And how you can do it too!
It takes planning and courage to leave a job and start your own business.
Friends and family might tell you that it's not worth the risk, but I know from personal experience that it's a very rewarding, life-changing decision.
More than anything, taking the leap sets you free to make your dreams come true.
Security Isn't Always Enough
I understand how hard it is to imagine walking away from an established position and a steady paycheck.
By the time I was 24, I had an excellent job with the deputy commissioner for Children's Services here in Chicago. It was secure employment with all the benefits, and I really loved my work.
I've always wanted to make a difference, and this position gave me the opportunity to help so many people.
For the first few years, I was sure that I would be happy until retirement.
My confidence grew with my responsibilities that included managing the budget for the city's Head Start Program. I began applying for better positions within the department, and my bosses agreed that I was a great candidate, but the promotions never happened.
It became clear that I'd reached a plateau. That's when I knew that I wanted and needed more.
Success Takes Time and Patience
However, I knew that I wasn't fulfilling my potential or satisfying my need to do more.
It's true that you can wake up one morning and realize that you just have to make a change. I'm so grateful that my husband was supportive, and together we sat down and began to make our plans.
We decided to launch our own fire and water damage cleanup company in Chicago because we both had strong backgrounds in helping other people.
We gave ourselves five years to transition from salaried jobs to independent entrepreneurs. That's sounds like a long time, but we knew that we had to be realistic.
It was very hard.
Between my job and our new company, I worked seven days a week, but we were determined to make our business a success.
It's Worth the Wait
Today, ServiceMaster Restoration by Zaba is one of the three largest restoration & cleaning services companies of its kind in Illinois.
Our first offices weren't much bigger than a walk-in closet, and we worked in the field every day.
By the two-year mark, we hired a full administrative staff and expanded our field teams. We also earned our franchise, and that really helped because our industry is very competitive.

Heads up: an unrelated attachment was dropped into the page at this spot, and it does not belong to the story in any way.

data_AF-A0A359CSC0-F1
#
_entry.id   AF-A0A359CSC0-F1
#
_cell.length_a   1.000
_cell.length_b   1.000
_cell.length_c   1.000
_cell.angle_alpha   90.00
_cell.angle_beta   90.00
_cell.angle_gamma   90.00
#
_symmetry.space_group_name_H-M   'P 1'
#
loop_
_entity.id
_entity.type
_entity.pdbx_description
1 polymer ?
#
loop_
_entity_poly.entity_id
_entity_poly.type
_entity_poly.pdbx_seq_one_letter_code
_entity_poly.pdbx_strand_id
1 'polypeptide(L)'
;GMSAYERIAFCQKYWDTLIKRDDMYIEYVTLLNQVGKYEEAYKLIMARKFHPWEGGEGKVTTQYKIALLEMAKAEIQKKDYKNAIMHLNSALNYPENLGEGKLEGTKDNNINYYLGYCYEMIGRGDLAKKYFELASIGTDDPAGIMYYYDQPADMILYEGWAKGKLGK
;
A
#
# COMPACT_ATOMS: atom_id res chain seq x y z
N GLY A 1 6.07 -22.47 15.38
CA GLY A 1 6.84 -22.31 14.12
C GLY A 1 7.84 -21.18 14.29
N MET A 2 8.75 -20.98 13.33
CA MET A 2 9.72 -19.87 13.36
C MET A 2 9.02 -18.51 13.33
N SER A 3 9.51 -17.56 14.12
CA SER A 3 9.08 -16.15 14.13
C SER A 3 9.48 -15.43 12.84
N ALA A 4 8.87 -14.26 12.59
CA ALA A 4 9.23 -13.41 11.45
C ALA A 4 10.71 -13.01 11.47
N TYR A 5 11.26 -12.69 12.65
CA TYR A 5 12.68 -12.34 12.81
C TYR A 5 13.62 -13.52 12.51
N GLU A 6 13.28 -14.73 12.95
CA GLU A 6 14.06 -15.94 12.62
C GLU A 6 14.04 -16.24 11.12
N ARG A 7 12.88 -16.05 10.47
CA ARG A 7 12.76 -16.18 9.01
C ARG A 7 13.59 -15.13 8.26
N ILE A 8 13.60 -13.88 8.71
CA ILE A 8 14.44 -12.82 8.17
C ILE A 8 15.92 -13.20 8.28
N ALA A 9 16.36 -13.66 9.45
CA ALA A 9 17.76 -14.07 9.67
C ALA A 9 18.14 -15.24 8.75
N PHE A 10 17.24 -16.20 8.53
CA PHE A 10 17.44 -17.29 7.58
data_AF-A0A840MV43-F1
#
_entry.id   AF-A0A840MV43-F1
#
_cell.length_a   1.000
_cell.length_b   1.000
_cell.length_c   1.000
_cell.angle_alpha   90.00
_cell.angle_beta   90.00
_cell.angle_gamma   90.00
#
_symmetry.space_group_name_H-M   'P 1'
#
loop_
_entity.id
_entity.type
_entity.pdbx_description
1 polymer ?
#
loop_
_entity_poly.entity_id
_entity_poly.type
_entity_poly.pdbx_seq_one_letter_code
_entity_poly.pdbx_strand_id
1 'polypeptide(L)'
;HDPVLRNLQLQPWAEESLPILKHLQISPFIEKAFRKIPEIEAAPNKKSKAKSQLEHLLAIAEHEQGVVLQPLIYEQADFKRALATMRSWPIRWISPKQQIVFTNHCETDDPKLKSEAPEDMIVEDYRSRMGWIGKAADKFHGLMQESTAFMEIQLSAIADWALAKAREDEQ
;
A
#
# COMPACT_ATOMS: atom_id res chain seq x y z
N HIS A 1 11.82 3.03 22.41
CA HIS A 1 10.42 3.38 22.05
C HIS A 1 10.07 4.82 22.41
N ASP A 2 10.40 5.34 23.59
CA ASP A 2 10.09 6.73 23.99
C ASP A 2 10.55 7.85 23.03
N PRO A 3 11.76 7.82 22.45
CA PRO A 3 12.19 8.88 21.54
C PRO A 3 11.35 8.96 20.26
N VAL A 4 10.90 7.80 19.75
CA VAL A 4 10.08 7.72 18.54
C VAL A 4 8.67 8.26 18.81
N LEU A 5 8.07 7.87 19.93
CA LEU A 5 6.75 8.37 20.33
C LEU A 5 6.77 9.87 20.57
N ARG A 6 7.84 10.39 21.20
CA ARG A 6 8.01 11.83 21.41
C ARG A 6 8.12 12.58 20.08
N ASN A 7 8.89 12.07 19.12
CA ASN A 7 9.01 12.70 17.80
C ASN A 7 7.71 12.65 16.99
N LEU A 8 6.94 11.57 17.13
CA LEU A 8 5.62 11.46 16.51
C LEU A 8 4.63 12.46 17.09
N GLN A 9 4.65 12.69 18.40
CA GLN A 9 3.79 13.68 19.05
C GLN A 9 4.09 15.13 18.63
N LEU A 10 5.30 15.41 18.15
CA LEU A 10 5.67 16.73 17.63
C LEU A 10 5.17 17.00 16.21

Since opening our doors in Chicago in 2008, we've enjoyed enormous success, and I credit our commitment, hard work and incredible teams in the office and the field.
I've never regretted leaving the government sector world behind. I'm the boss now, and I'm in a position to make a positive difference in people's lives every day.
I also feel a deep responsibility to share the knowledge I've gained.
If you're ready to take the leap and follow your dreams, friends and family will give you plenty of input.
My advice comes from my real-world experience and my heart.
1. Don't just walk into the boss's office and quit your job. Give yourself between two and five years to make the transition. Dreams don't come true overnight.
2.Use that first year to formulate a solid business plan. Even if you have a strong background in your future field, now is the time to get to know it inside out. You have to be prepared when you strike out on your own.
3. Save money, cut back on expenses, and keep driving that old car. Figure out how much you'll need to invest, and know that you'll probably need more. The first few years can be very lean.
4. As you approach your resignation date target, be sure to take advantage of any benefits that you've accrued. Don't walk away from things like tuition reimbursement or health-care savings balances.
5. Be proactive. That's not a cliché when you're starting your own business. You're positioning yourself to be in control, so make things happen. Don't let them happen to you or your plans for the future.
6. Find out everything you can about the competition. Learn from their success, but figure out what they're doing wrong so that you can get it right from the minute you open your doors.
7. Be willing to barter your services with other businesses. If you need help building a website or printing business cards, figure out what you can do in trade. This strategy also expands your new professional network.
8. Have a backup plan until things turn around - even if it's just waiting tables. Returning to your old corporate job isn't an option, so figure out what you can do if your new business gets off to a slow start.
9. Spread the good news about yourself. Let friends and family know that you're ready to go to work. Don't feel shy about selling your services to people you know. Do a good job, and they'll be your best customers.
10. Harness the promotional power of social media, but put social consciousness into your work too. Volunteer your services to local organizations, and establish your business as one that really cares about the community.
When You're Ready
Sometimes, big dreams and everyday realities collide. It happens in the corporate workspace, and it happens when you start your own business.
However, when you wrestle with obstacles that belong to you instead of the head office, you become stronger with every victory.
In the end, leaving the comfort of a stable job is something that you can do because you want to and you know that you have to.
That determined spirit will see you through anything.
You may only be dreaming today, but tomorrow is yours when you're ready to take the leap.